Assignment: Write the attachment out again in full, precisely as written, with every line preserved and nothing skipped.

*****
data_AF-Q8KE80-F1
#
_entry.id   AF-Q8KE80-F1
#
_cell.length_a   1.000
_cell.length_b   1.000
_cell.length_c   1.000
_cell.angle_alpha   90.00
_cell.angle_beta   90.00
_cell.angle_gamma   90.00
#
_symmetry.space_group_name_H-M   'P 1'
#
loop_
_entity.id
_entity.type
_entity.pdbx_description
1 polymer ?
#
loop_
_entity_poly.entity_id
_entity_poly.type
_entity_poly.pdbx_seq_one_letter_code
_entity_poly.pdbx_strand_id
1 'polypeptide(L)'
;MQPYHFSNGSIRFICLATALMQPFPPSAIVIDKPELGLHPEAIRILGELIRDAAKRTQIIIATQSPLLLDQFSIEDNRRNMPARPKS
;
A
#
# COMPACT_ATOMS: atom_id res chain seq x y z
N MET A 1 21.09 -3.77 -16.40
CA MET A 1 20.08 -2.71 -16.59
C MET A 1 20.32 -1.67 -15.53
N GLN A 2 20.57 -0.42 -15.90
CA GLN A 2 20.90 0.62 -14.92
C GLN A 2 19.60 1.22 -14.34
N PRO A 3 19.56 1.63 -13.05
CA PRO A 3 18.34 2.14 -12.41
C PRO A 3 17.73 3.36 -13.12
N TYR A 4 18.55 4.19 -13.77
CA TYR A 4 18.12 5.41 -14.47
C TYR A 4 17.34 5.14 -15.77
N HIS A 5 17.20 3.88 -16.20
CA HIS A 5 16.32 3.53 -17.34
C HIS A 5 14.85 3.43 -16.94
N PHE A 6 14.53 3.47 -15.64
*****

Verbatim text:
data_AF-Q8KE80-F1
#
_entry.id   AF-Q8KE80-F1
#
_cell.length_a   1.000
_cell.length_b   1.000
_cell.length_c   1.000
_cell.angle_alpha   90.00
_cell.angle_beta   90.00
_cell.angle_gamma   90.00
#
_symmetry.space_group_name_H-M   'P 1'
#
loop_
_entity.id
_entity.type
_entity.pdbx_description
1 polymer ?
#
loop_
_entity_poly.entity_id
_entity_poly.type
_entity_poly.pdbx_seq_one_letter_code
_entity_poly.pdbx_strand_id
1 'polypeptide(L)'
;MQPYHFSNGSIRFICLATALMQPFPPSAIVIDKPELGLHPEAIRILGELIRDAAKRTQIIIATQSPLLLDQFSIEDNRRNMPARPKS
;
A
#
# COMPACT_ATOMS: atom_id res chain seq x y z
N MET A 1 21.09 -3.77 -16.40
CA MET A 1 20.08 -2.71 -16.59
C MET A 1 20.32 -1.67 -15.53
N GLN A 2 20.57 -0.42 -15.90
CA GLN A 2 20.90 0.62 -14.92
C GLN A 2 19.60 1.22 -14.34
N PRO A 3 19.56 1.63 -13.05
CA PRO A 3 18.34 2.14 -12.41
C PRO A 3 17.73 3.36 -13.12
N TYR A 4 18.55 4.19 -13.77
CA TYR A 4 18.12 5.41 -14.47
C TYR A 4 17.34 5.14 -15.77
N HIS A 5 17.20 3.88 -16.20
CA HIS A 5 16.32 3.53 -17.34
C HIS A 5 14.85 3.43 -16.94
N PHE A 6 14.53 3.47 -15.64